"A comprehensive and provocative examination of the uses of language by therapists in clinical practice....Paul L. Wachtel, a noted expert, clinician, and theorist of psychotherapy...generously shares his extensive professional experience throughout the text....This book will be very helpful to clinicians in guiding their decisions about the best uses of language in clinical practice. Wachtel generously interweaves relevant theory and clinical experiences in the clearly written and informative chapters....It is up to date, comprehensive, well referenced, and strongly grounded in relevant theory and practice....Wachtel's book provides a strong impetus for examining the nature of therapeutic communication and encourages careful thought about the strategic exchange of messages to achieve therapeutic outcomes."--PsycCRITIQUES
Doody's Review Service
Reviewer: Christopher J Graver, PhD, ABPP-CN(Madigan Healthcare System)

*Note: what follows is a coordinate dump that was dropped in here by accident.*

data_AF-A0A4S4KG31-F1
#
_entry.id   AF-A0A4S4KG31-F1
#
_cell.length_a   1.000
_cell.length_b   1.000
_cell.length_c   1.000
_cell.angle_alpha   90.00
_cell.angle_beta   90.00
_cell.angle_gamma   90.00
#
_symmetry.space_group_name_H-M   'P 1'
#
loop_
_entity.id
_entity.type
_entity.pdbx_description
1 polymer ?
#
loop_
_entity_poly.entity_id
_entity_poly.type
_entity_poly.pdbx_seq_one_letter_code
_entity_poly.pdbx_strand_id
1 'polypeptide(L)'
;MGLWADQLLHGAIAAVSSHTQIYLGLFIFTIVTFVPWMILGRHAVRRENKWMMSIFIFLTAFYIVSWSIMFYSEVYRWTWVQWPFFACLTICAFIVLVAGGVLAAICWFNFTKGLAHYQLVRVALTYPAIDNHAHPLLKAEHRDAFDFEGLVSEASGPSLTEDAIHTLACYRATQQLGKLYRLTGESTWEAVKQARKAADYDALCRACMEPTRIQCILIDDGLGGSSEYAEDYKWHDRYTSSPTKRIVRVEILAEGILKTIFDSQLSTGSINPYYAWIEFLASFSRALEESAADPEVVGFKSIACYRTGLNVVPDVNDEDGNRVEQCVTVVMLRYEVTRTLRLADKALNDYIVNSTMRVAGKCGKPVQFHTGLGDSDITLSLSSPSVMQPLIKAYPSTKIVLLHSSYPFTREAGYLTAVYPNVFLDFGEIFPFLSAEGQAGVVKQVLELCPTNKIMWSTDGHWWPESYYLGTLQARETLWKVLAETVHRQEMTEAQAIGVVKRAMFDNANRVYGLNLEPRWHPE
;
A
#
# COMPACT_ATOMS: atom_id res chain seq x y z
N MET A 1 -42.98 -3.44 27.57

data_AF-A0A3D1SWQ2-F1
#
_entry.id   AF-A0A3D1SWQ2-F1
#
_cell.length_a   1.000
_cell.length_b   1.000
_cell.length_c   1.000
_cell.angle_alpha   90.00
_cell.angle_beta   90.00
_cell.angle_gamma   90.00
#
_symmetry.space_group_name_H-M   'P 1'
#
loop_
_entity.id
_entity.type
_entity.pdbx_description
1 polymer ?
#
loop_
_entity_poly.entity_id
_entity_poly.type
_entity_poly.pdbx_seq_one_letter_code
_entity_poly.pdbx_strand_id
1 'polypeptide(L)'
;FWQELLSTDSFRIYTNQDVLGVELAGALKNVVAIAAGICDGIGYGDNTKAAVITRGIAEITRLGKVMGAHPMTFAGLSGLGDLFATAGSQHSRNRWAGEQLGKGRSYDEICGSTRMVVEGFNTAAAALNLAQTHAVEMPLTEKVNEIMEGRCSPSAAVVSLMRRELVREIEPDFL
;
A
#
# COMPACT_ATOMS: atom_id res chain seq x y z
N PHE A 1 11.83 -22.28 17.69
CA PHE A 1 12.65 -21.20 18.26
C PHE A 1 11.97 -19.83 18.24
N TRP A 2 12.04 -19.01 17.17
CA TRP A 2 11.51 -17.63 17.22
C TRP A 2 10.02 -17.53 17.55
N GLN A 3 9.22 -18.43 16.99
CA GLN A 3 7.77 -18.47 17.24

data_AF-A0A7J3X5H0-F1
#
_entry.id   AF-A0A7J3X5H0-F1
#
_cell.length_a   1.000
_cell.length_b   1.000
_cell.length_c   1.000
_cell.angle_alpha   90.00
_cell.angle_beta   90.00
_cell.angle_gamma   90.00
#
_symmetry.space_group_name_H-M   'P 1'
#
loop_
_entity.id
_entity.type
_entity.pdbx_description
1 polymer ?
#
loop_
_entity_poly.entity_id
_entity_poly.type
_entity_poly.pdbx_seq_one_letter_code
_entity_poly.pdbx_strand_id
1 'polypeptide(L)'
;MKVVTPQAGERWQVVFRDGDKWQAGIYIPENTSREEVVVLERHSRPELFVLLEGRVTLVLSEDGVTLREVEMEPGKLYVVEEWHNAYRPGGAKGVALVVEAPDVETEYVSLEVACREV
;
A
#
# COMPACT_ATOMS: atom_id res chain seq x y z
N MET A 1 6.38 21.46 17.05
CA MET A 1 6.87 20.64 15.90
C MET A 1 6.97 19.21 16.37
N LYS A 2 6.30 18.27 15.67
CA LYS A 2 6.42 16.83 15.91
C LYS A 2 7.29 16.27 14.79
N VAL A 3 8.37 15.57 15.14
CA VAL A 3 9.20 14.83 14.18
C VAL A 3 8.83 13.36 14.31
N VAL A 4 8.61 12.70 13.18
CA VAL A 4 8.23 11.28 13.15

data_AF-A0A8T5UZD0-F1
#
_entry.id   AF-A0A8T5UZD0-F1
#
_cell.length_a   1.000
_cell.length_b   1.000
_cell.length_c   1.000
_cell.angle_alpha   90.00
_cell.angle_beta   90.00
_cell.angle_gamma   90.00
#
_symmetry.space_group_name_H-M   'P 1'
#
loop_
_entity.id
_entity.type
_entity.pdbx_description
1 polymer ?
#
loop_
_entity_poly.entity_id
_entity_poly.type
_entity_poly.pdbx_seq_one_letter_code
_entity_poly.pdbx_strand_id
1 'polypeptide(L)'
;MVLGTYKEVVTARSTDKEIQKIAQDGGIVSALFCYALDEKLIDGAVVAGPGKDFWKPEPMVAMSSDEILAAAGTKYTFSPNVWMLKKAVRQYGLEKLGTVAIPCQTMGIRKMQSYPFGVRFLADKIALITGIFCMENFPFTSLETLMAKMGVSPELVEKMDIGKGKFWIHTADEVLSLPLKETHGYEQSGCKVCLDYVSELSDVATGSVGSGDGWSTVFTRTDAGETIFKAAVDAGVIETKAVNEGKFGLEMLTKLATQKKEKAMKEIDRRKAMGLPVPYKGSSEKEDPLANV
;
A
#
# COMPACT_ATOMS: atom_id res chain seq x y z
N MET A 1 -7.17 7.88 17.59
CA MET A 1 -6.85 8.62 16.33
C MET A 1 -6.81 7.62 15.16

Description: As a complement to the many resources on manualized treatments, this book examines the general aspects of communication that occur in therapy and how students and clinicians can improve not only what they say, but how they say it.
Purpose: This second edition is aimed at updating theories, science, and therapeutic approaches.
Audience: It is appropriate for anyone working clinically with psychological patients, ranging from clinicians to students. This book has been used as an introductory textbook in graduate clinical courses and practica. The author is experienced in this area and is a natural choice to write this type of resource.